Search Results: "Philip Roth"


BOOK REVIEW

JOSEPH ROTH by Joseph Roth
Released: Jan. 16, 2012

"A quintessential depiction of one man's view from the brink of the abyss."
The doomed world of interwar Europe comes to burning life in the anguished correspondence of the peripatetic Austrian novelist/journalist. Read full book review >

BOOK REVIEW

ROTH UNBOUND by Claudia Roth Pierpont
BIOGRAPHY & MEMOIR
Released: Oct. 22, 2013

"Although not a substitute for a full biography, Pierpont's book offers a candid and sympathetic portrait of an audacious writer."
An insightful portrait of a creative life. Read full book review >

BOOK REVIEW

INDIGNATION by Philip Roth
FICTION & LITERATURE
Released: Sept. 16, 2008

"A twist in narrative perspective reinforces this novel's timelessness."
In a plot that evokes the author's earlier work, Roth (Exit Ghost, 2007, etc.) focuses on a young man's collegiate coming of age against the deadly backdrop of the Korean War. Read full book review >

BOOK REVIEW

THE HUMAN STAIN by Philip Roth
FICTION & LITERATURE
Released: May 10, 2000

"Roth's late maturity looks more and more like his golden age."
Roth's extraordinary recent productivity (the prizewinning Sabbath's Theater, 1995, and American Pastoral, 1997) continues apace with this impressively replete and very moving chronicle of an academic scandal and its impact on both the aging professor at its center and his friend—alter ego novelist Nathan Zuckerman. Read full book review >

BOOK REVIEW

PATRIMONY by Philip Roth
Released: Feb. 11, 1990

Roth has used the relationship between his life and art in a gimmicky way in his fiction, and even his brutal memoir The Facts (1988) was not free of this defect. Read full book review >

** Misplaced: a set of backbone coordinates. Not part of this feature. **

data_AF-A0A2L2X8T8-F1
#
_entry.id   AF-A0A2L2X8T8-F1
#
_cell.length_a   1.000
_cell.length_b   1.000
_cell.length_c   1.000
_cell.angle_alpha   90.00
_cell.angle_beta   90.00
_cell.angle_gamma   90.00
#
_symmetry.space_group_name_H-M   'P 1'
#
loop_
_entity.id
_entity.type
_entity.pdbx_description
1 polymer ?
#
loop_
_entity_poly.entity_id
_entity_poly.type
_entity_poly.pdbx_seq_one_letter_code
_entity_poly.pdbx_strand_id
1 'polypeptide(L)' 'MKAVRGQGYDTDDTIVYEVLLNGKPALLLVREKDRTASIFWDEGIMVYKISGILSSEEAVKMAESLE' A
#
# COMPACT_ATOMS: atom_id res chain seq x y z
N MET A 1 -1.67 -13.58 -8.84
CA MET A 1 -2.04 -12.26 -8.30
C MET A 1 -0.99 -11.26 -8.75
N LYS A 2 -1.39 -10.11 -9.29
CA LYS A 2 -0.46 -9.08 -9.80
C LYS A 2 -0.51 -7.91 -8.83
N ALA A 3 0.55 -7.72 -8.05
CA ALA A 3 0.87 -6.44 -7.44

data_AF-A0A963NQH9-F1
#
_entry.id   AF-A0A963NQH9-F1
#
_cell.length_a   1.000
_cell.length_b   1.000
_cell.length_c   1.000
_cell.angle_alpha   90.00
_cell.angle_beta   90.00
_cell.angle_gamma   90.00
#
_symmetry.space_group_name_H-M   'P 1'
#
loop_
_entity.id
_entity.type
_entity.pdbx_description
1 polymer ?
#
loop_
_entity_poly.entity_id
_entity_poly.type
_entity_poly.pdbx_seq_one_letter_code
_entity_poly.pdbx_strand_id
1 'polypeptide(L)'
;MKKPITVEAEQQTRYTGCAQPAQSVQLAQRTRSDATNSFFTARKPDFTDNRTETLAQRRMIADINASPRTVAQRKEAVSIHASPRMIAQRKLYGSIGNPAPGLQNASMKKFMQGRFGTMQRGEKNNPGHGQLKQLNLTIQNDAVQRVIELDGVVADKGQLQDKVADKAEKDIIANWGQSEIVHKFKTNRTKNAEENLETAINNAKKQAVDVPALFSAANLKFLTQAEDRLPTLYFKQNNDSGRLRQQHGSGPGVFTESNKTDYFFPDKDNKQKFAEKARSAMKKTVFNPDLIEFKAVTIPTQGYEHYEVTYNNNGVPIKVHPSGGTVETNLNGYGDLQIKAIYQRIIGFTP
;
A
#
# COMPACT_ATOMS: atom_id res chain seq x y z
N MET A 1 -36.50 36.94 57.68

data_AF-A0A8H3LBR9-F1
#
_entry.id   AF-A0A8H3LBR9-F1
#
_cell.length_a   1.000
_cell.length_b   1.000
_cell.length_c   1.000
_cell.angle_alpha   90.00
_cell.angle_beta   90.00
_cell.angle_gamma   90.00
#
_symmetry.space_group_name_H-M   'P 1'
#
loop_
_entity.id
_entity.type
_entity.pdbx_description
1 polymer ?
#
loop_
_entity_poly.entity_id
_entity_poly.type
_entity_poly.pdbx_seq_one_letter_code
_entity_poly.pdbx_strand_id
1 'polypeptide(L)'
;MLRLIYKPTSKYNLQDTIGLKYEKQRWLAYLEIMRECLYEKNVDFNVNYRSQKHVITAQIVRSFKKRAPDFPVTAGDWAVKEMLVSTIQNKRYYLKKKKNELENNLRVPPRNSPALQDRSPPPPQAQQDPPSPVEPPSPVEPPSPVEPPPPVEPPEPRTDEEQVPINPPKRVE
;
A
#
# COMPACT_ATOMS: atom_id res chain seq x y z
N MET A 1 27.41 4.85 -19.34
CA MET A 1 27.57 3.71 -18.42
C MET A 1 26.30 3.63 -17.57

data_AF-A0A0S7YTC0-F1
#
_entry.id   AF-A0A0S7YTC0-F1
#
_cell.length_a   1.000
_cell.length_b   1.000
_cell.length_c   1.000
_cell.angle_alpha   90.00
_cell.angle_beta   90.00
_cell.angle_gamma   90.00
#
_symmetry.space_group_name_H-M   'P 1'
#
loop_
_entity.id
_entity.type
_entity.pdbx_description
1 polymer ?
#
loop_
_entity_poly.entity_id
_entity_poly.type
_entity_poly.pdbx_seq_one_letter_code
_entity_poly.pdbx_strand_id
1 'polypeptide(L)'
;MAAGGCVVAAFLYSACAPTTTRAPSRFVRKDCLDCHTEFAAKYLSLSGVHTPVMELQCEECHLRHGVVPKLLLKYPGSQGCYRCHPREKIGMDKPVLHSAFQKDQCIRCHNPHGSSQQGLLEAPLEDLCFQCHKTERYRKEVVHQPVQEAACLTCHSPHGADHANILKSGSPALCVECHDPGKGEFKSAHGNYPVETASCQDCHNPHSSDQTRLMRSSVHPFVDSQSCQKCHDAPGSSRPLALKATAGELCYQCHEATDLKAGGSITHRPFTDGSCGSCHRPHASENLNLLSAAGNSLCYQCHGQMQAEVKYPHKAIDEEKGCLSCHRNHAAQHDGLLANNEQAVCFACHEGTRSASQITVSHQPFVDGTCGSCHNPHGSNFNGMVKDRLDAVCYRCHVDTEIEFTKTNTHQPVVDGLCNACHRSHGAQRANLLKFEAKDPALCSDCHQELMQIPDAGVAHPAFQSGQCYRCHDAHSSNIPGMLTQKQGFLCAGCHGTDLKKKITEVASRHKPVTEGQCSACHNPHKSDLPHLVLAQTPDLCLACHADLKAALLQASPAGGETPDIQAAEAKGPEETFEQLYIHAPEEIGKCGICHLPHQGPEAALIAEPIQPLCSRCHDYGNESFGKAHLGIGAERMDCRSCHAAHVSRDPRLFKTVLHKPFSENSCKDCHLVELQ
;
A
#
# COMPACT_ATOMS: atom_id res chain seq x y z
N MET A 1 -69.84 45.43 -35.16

BOOK REVIEW

THE PROFESSOR OF DESIRE by Philip Roth
FICTION & LITERATURE
Released: Oct. 3, 1977

"From the waist down, then—the same old story, sans laughs; but, in head and heart—a subdued and seductive journey."
In 1972, the mature David Kepesh told us how he turned into The Breast, but here are his earlier, less symbolic guises—child of the Borscht Belt, scholar of Chekhov and Kafka, and wrestler with temptation. Read full book review >

BOOK REVIEW

READING MYSELF AND OTHERS by Philip Roth
FICTION & LITERATURE
Released: May 30, 1975

"This time anyone can play Dr. Spielvogel."
This is an act of self-vindication, an expression of Philip Roth's "continuing need for self-analysis and self-justification," a valiant defense of the naked and exposed "moral flank" some critics have found obscene. Read full book review >

BOOK REVIEW

KING PHILIP by Esther Averill
Released: Oct. 18, 1950

"Mark this as a three star attraction — for school, regional interest and a swell story."
A thrilling and sincerely conceived story of the great chief of the Narragansett Indians who led a "rebellion" against the New England colonists in 1675. Read full book review >

BOOK REVIEW

BIOGRAPHY & MEMOIR
Released: Nov. 8, 2011

"Calorie-rich fare for those who enjoy snacking on royal stories."
The author of Sylvia, Queen of the Headhunters (2007) returns with a flattering account of Philip, who could have become King of Greece but instead married the woman who would be queen. Read full book review >

BOOK REVIEW

PHILIP LARKIN by Andrew Motion
NON-FICTION
Released: July 1, 1993

"Sure to be the standard life for some time, this cadaverous book seems dead to Larkin's amazing sense of humor, one of the sources of his poetic achievement. (Photos)"
One of three literary executors of British poet Philip Larkin (1922-85), fellow poet Motion (The Lamberts, 1987) ill serves his subject with this drab, exhaustive biography full of bland literary criticism and inappropriate psychologizing. Read full book review >

BOOK REVIEW

PRINCE PHILIP by John Parker
BIOGRAPHY & MEMOIR
Released: Oct. 21, 1991

"Of interest to the royalty-obsessed only. (Sixteen pages of photographs—not seen.)"
Parker's previous book about royalty, on the Duke of Windsor (King of Fools, 1989), was a gossipy quick read, but Prince Philip makes for a tamer subject with less egregiously dirty laundry. Read full book review >